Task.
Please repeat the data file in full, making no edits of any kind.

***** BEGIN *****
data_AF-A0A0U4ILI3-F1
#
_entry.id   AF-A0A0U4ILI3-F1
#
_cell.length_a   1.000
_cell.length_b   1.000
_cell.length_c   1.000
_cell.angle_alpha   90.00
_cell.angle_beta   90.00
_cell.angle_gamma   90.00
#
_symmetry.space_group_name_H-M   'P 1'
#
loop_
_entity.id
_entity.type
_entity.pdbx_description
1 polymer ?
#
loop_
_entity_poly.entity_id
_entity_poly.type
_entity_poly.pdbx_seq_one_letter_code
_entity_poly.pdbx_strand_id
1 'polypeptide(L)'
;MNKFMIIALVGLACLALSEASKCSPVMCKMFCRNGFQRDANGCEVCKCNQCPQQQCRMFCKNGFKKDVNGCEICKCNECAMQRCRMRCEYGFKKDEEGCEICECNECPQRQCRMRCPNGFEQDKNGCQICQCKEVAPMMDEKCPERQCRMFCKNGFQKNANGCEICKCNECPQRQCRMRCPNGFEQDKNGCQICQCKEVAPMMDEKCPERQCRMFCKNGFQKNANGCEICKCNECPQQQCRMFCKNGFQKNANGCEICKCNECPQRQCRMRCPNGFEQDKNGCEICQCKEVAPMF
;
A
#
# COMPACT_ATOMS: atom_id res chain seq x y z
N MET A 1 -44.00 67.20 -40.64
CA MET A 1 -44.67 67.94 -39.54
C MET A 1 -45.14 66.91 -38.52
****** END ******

data_AF-A0A0U4ILI3-F1
#
_entry.id   AF-A0A0U4ILI3-F1
#
_cell.length_a   1.000
_cell.length_b   1.000
_cell.length_c   1.000
_cell.angle_alpha   90.00
_cell.angle_beta   90.00
_cell.angle_gamma   90.00
#
_symmetry.space_group_name_H-M   'P 1'
#
loop_
_entity.id
_entity.type
_entity.pdbx_description
1 polymer ?
#
loop_
_entity_poly.entity_id
_entity_poly.type
_entity_poly.pdbx_seq_one_letter_code
_entity_poly.pdbx_strand_id
1 'polypeptide(L)'
;MNKFMIIALVGLACLALSEASKCSPVMCKMFCRNGFQRDANGCEVCKCNQCPQQQCRMFCKNGFKKDVNGCEICKCNECAMQRCRMRCEYGFKKDEEGCEICECNECPQRQCRMRCPNGFEQDKNGCQICQCKEVAPMMDEKCPERQCRMFCKNGFQKNANGCEICKCNECPQRQCRMRCPNGFEQDKNGCQICQCKEVAPMMDEKCPERQCRMFCKNGFQKNANGCEICKCNECPQQQCRMFCKNGFQKNANGCEICKCNECPQRQCRMRCPNGFEQDKNGCEICQCKEVAPMF
;
A
#
# COMPACT_ATOMS: atom_id res chain seq x y z
N MET A 1 -44.00 67.20 -40.64
CA MET A 1 -44.67 67.94 -39.54
C MET A 1 -45.14 66.91 -38.52